The life and times of thirty-something single parent Claire and her young, adrenaline-fuelled son Chunk. There's even some handy DIY, Recipe, Arts and Crafts, Home and Parenting Tips.
Giveaways, linkys and product reviews are occasionally added in for your enjoyment too.
The aim of these interviews is to show how AMAZING us working single parents are.
I want to highlight how hard, but also how rewarding being a working single parent is, and to hear how other people in my position handle the tougher times, in the hopes I learn how to be the best parent I can be!
I’m sick of seeing the bad press single parents get in the media, because some single parents have taken the choice to live off benefits, or even worse, have children in order to get benefits. We all seem to get tarred with the same negative brush!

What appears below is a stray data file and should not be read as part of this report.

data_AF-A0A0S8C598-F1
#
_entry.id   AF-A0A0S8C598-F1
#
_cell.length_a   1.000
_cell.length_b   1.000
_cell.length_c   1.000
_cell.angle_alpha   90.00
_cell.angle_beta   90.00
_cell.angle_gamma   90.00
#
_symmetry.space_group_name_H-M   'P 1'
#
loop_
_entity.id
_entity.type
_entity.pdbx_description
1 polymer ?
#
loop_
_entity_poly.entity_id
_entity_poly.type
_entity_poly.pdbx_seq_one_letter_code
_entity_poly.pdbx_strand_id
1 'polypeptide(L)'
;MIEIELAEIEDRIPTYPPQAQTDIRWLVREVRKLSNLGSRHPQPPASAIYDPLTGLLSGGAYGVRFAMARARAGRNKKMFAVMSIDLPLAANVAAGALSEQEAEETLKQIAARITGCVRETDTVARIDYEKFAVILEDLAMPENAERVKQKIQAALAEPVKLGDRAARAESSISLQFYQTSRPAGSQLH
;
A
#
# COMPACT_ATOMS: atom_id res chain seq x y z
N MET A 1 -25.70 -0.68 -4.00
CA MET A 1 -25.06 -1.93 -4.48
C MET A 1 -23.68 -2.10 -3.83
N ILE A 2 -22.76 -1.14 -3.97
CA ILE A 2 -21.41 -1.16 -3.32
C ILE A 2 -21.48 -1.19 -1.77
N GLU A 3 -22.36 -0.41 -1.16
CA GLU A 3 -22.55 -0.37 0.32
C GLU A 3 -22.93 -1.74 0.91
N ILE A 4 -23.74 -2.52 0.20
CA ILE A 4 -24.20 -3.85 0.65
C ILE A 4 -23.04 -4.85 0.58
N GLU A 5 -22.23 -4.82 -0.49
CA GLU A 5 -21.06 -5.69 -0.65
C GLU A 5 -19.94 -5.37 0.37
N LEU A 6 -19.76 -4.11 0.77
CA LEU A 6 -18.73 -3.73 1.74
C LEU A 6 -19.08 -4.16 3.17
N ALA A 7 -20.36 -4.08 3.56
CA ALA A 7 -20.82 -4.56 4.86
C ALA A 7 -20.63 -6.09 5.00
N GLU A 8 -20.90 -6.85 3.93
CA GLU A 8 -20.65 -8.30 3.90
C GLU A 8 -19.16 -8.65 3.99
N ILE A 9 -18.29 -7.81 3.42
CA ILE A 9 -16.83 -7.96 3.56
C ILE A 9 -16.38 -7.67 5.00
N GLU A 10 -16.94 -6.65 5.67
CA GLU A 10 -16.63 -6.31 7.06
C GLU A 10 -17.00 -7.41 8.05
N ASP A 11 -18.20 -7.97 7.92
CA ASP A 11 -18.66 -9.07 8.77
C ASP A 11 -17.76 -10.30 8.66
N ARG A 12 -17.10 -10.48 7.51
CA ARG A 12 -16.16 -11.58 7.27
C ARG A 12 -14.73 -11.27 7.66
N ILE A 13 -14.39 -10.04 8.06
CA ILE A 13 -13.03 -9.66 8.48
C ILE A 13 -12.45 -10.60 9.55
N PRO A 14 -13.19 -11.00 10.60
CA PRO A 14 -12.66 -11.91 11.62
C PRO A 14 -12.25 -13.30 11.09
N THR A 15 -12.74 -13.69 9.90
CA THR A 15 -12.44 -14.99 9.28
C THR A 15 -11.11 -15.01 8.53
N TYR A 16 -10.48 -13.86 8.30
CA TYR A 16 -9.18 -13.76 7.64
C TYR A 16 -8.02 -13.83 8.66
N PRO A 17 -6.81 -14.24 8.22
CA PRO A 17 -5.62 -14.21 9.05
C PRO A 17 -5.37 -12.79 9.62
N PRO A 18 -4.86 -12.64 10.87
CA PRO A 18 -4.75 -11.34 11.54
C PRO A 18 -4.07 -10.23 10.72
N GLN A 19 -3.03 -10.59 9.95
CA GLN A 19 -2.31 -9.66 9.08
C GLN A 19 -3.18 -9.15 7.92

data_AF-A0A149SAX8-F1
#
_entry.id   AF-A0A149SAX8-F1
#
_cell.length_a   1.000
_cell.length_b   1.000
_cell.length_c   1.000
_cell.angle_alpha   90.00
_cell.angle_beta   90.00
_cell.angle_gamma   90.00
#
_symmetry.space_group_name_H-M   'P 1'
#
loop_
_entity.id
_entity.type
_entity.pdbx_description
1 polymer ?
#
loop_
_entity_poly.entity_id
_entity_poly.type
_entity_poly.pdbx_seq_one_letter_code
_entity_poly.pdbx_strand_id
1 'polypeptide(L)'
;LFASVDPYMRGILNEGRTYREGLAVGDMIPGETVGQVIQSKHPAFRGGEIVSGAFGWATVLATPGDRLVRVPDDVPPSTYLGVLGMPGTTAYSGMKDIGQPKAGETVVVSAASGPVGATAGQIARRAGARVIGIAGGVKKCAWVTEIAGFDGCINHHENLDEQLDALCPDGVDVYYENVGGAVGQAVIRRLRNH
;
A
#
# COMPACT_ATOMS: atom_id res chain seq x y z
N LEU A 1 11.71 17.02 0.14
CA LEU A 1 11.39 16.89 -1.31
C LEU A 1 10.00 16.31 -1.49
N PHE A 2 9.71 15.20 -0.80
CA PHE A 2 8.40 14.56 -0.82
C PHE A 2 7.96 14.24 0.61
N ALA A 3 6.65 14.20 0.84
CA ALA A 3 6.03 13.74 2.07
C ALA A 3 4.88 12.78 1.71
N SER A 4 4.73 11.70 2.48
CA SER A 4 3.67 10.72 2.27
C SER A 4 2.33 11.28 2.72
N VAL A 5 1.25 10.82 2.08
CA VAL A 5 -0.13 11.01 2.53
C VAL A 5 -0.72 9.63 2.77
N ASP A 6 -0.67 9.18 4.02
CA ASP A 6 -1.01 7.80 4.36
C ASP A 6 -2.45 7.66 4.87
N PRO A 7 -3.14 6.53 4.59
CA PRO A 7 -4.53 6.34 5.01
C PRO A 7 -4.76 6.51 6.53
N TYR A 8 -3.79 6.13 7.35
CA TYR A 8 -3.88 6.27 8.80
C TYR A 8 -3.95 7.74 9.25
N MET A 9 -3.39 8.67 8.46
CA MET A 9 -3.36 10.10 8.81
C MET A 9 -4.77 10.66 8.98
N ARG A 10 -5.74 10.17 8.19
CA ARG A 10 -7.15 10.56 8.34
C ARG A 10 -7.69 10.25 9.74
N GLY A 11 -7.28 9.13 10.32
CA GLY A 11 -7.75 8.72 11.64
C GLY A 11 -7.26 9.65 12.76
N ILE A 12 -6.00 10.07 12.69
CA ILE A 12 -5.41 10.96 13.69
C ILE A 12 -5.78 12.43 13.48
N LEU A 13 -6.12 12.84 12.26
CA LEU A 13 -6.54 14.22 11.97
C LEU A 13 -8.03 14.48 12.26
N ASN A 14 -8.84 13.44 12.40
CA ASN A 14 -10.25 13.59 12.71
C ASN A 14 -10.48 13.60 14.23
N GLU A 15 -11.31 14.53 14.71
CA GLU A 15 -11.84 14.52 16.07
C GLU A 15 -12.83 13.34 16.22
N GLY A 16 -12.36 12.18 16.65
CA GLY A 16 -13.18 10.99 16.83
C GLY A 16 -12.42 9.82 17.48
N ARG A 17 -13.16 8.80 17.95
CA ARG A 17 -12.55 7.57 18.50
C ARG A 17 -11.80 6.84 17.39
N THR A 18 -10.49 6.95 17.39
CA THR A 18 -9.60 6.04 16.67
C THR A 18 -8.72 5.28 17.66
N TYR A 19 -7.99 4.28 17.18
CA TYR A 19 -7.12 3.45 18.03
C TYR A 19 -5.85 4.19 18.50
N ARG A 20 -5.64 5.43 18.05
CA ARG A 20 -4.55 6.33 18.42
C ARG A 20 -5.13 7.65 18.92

My 29th interviewee is Janette Davey, Life With Six Kids blogger, has three jobs and is from Shropshire. She has six children aged between 20 and 2 years old.
How old were your children when you became a single parent, and how did this come about?
They were 17, 15, 13, 4,1 and I was 7 months pregnant. How I became a single parent was quite complicated and sudden. Too much to go into here but it is on my blog if you would like to read it.
Janette during her last pregnancy
What things have you found hardest as a single parent?
Having to take the little ones with me when I run the older ones around as there's nobody at home to leave them with. Being ill and nobody to help with the house or the children. Having nobody to chat to or to make me a cup of tea after a bad day.
What are the benefits to parenting alone, in your opinion?
Being able to make my own decisions regarding parenting. My ex and I had very different ideas so this is definitely easier. Financial freedom as I know exactly what is in the bank account and what is being spent. A closer relationship with my children. This last one has been the most significant and the best one for me.